Rolf from Tradeciety (Your Author!)
I wish I had known the connection between risk:reward and winrate from the beginning on and the importance of math and statistics. Math and statistically analyzing your performance can show you how and where to alter your trading method. You can then create your own trading methodology that is tailor-made for yourself step by step. In the end it comes down to whether you can make a trading strategy work rather than stumbling over some advice or fancy indicator system.
Benefit from Decades of Trader Experience and Master the Basics of Trading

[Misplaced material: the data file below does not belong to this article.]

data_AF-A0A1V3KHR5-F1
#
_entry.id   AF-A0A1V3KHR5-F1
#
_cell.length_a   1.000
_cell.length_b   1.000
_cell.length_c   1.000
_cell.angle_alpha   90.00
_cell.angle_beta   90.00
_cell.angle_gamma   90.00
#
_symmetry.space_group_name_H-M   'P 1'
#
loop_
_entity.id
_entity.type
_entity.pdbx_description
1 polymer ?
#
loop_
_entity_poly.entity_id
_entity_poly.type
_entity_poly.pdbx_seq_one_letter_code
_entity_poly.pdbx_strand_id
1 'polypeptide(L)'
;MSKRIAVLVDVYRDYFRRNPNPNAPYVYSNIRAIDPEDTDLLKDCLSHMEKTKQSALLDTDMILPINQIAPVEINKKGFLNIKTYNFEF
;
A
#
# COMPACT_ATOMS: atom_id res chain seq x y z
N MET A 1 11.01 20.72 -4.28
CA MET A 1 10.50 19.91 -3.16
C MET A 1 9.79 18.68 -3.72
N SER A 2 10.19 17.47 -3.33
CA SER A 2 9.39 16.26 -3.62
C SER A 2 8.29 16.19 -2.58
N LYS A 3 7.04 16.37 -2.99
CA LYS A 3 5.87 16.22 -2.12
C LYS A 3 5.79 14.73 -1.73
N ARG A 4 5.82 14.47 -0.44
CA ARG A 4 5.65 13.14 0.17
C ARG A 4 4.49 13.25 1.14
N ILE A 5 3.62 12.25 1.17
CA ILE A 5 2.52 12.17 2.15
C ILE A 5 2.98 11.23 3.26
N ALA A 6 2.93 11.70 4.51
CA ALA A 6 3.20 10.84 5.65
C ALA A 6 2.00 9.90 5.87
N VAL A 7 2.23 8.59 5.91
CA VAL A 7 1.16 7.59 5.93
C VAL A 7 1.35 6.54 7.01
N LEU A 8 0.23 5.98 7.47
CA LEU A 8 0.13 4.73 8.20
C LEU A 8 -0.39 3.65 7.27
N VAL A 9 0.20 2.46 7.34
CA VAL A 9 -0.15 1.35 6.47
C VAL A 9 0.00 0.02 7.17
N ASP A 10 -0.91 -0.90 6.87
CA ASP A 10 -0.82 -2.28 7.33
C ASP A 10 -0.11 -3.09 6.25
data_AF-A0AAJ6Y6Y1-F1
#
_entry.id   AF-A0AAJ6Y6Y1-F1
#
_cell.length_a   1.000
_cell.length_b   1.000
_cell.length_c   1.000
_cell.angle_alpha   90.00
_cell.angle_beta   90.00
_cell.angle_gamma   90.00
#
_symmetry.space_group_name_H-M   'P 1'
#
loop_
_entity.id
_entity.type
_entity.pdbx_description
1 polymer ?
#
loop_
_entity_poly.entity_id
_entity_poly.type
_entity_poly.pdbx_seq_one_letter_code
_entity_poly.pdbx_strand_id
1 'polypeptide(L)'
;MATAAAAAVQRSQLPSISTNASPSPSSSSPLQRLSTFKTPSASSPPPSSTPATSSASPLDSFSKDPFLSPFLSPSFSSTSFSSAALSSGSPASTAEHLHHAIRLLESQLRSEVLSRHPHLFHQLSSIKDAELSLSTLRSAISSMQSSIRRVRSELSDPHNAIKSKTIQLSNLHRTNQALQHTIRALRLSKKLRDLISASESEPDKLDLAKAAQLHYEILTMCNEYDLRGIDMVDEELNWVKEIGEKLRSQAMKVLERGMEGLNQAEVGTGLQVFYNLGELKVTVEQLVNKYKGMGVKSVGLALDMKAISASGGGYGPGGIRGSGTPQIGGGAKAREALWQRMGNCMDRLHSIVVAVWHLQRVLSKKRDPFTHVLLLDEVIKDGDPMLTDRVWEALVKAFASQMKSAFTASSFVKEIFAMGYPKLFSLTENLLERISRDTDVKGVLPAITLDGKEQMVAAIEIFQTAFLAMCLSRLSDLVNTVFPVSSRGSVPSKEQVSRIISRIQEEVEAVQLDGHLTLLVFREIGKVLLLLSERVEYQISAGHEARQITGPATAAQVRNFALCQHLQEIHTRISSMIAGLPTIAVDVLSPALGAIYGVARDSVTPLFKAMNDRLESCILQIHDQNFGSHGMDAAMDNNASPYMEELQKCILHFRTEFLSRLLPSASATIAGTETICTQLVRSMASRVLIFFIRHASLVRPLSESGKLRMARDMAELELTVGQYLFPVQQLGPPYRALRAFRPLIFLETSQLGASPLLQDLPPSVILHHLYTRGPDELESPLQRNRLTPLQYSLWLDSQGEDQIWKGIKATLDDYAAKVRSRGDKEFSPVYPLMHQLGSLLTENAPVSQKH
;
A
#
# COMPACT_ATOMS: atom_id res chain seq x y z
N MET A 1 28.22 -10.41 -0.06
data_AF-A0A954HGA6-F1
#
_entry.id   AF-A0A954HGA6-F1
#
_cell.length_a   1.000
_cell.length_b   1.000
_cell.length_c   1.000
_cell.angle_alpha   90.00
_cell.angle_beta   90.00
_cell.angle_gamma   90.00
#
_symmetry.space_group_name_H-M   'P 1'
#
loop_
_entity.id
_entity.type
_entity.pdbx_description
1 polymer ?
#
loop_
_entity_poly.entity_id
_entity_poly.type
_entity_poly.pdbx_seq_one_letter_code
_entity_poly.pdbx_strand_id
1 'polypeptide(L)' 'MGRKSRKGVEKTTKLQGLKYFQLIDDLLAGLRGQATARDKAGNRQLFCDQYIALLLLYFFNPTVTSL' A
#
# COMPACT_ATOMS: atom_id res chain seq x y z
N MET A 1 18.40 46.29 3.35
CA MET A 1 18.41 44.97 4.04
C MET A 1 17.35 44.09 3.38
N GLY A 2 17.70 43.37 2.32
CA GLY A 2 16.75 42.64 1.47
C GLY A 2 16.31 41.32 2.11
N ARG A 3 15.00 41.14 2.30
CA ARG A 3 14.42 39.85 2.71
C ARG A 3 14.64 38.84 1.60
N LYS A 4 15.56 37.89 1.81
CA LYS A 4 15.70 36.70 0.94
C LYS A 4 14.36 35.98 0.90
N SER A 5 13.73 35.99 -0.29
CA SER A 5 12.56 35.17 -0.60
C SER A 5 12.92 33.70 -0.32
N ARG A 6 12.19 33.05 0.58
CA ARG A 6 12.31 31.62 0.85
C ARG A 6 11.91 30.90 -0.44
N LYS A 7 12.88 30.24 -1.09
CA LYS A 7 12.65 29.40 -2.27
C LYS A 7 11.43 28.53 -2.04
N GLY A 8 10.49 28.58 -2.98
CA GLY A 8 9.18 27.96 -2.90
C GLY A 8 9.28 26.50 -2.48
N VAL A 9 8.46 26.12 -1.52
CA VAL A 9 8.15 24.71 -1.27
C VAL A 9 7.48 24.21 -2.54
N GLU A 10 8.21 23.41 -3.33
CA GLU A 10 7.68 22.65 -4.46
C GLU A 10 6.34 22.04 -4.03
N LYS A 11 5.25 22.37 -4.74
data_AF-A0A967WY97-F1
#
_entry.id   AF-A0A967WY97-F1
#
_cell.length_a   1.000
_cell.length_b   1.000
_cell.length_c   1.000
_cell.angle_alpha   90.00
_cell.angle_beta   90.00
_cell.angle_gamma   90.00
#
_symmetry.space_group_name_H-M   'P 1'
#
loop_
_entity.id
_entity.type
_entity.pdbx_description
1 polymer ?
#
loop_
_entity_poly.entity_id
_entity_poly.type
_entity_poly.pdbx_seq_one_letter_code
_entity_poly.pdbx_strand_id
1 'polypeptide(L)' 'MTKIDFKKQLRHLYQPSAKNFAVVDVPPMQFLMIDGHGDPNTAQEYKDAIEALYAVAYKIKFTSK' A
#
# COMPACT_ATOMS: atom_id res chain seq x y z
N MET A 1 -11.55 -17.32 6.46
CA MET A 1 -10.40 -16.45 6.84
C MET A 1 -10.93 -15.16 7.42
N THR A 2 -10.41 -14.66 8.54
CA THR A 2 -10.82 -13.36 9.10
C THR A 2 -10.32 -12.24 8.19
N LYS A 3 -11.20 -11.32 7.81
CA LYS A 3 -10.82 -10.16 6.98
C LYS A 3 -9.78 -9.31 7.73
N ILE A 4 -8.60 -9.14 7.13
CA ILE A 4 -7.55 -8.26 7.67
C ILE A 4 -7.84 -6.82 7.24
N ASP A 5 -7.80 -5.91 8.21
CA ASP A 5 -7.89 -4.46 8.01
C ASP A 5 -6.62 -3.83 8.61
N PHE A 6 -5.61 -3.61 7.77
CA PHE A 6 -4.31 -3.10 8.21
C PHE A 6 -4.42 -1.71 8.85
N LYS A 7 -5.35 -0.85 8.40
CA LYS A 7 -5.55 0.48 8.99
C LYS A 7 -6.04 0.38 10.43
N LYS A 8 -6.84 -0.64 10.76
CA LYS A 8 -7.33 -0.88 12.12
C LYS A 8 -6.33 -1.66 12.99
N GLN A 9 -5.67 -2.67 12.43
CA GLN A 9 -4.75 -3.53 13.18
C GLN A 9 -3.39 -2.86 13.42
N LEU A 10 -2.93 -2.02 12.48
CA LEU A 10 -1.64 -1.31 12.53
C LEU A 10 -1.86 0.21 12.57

The common denominator running throughout all of the answers from the traders we interviewed is that trading is not only worrying about entries, or finding the optimal trading strategy, rather, being a successful trader requires much more of you. In particular, rigid and specific money and risk management, trading what you see and not what you think, growing with experience and analyzing your performance and setting realistic expectations are common themes for newbie traders to take away here. Crack these essentials and you have a higher chance of success than the vast majority of traders just starting out in their trading career who lose too fast and too much. We hope you found this helpful and if you have any favorite pearls of wisdom from traders you respect, we would love to hear them in our comments space below.